Understanding and Reflection
I’ve had a lot of experiences of Being Love, of practising Love, and holding Loving spaces as I’ve been deliberately researching Love for the past three years. It really seems though that my whole life has been a crucible for developing awareness and sensitivity, resilience and understanding of Love in its many ways of being present and expressed.
As part of deepening and expanding my inner understanding of Love at Work whilst I prepare my ‘data’ for publication, I find myself exploring various texts, ancient and modern. At the moment I am contemplating the Tao Te Ching and A Course in Miracles, both of which have recently re-emerged into my life.
The latter has surfaced again because I’ve been reading for review Gary Renard’s fascinating ‘Love Has Forgotten No-One’ (Hay House, November 2013), and I was drawn to the Tao again at the beginning of 2014 and treated myself to a beautiful volume translated by Stephen Mitchell.
What I’m choosing to do is to take the Tao verse by verse, one each day, and sit with it as inspiration and insight, and to dip into the chapters of A Course in Miracles, whilst following the lessons in the workbook as my course of action. It’s an experiment in taking existing material and allowing it to expand my work on Love. I’m fascinated to experience what unfolds and flows.
With my ‘Love in the Boardroom’ book I am currently sifting through the many ‘meanings’ my research participants have given to and for Love, and derived from Love. So this snippet taken from Chapter 1 of ACIM (A Course in Miracles) resonates:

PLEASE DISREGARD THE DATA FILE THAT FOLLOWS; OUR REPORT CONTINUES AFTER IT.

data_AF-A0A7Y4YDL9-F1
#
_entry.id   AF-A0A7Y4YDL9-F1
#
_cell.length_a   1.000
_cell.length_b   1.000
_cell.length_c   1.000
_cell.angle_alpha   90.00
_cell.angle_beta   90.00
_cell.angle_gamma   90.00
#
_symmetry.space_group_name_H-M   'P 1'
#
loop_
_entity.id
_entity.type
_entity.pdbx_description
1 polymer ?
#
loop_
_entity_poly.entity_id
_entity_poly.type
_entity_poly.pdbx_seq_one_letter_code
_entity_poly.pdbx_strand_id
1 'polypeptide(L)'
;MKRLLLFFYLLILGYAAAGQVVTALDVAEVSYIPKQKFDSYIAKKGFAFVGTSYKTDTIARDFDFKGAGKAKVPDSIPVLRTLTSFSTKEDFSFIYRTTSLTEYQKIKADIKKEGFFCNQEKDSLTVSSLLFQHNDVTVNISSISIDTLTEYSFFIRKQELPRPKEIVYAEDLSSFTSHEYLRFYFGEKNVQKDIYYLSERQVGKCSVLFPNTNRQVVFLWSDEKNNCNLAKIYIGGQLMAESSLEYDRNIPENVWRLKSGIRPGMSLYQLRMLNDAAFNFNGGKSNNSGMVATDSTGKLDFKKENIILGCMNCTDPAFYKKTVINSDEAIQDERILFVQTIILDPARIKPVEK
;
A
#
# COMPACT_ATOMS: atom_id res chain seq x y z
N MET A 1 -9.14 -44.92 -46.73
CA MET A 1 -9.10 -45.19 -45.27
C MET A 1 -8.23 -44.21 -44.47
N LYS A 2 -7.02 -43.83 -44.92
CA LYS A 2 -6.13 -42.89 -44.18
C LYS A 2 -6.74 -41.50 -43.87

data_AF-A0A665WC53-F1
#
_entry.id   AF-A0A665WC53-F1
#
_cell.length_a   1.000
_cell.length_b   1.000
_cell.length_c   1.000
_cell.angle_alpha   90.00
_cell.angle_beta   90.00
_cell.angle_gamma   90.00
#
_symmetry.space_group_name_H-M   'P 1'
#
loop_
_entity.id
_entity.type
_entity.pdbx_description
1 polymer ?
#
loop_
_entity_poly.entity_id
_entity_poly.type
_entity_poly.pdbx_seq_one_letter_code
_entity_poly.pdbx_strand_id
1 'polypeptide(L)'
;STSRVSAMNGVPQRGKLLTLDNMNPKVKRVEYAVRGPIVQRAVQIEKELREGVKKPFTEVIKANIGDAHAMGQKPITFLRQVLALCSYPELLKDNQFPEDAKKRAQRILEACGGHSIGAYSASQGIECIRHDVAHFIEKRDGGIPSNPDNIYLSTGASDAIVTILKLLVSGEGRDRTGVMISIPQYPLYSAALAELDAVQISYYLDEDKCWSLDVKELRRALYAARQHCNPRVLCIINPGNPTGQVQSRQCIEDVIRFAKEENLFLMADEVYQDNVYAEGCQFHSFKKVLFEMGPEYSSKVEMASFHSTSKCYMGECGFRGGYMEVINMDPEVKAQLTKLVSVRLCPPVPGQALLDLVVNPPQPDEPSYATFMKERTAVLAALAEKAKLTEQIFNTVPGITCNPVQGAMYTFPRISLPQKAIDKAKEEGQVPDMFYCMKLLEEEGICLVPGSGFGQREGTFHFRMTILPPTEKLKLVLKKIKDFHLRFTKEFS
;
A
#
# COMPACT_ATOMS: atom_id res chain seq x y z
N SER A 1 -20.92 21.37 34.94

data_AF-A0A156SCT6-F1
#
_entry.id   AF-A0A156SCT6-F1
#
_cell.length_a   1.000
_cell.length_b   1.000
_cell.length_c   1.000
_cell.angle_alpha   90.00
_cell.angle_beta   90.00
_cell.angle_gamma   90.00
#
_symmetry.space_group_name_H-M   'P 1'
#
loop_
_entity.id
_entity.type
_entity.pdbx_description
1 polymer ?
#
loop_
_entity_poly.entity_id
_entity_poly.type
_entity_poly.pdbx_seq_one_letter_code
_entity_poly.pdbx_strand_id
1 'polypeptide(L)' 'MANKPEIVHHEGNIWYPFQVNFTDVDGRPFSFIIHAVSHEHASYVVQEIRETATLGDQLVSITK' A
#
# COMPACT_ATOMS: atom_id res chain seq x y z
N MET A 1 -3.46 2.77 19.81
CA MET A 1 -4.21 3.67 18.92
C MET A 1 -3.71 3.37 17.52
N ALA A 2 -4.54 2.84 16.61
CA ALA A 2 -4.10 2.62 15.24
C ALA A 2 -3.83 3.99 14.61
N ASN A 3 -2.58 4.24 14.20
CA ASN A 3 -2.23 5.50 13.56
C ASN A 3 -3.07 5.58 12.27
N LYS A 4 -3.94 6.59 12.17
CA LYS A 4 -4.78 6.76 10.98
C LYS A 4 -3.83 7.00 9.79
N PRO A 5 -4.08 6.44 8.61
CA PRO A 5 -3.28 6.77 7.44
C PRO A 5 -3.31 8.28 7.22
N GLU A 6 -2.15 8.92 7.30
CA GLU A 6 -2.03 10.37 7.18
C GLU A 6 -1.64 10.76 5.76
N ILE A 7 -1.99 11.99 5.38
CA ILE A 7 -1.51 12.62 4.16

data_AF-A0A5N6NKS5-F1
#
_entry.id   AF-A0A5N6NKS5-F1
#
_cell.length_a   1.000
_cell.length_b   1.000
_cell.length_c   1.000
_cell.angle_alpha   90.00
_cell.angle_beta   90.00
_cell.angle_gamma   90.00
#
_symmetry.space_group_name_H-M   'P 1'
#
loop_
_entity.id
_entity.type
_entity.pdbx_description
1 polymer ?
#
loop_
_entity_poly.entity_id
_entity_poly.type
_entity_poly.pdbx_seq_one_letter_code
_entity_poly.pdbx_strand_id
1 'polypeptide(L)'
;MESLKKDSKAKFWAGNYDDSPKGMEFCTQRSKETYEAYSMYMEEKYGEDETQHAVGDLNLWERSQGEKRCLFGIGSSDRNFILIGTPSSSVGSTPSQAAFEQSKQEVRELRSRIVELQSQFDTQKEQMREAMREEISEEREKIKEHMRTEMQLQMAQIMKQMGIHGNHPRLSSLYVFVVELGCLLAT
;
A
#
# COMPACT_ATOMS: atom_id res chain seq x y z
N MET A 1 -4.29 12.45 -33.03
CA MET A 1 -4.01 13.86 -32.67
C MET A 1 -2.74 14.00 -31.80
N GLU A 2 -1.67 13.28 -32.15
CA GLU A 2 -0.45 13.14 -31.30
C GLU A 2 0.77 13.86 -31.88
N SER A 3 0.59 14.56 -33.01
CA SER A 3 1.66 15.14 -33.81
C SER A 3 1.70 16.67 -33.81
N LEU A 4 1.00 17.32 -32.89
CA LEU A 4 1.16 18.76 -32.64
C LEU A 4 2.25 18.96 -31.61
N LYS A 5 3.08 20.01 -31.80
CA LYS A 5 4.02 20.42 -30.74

“The course does not aim at teaching the meaning of Love, for that is beyond what can be taught. It does aim however, at removing the blocks to the awareness of Love’s presence, which is your natural inheritance.”
Closely followed by:
“Miracles occur naturally as expressions of Love. The real miracle is the love that inspires them. In this sense, everything that comes from Love is a miracle.”
The first lesson in the workbook also relates to meaning – in terms of undoing attachment to the material:
“Nothing I see in this room (on this street, from this window, in this place) means anything.”
The Tao Te Ching tells me that
“The name that can be named
Is not the eternal Name.”
“The unnameable is the eternally real.”
The learning here seems to be that it is in the unknown, the un-manifest, mystery, beyond, that real Love, and what is real, lies. And about letting go of the meaning we attribute to what we have created in our world.
As ACIM says in the introduction,
“Nothing real can be threatened,
Nothing unreal exists…”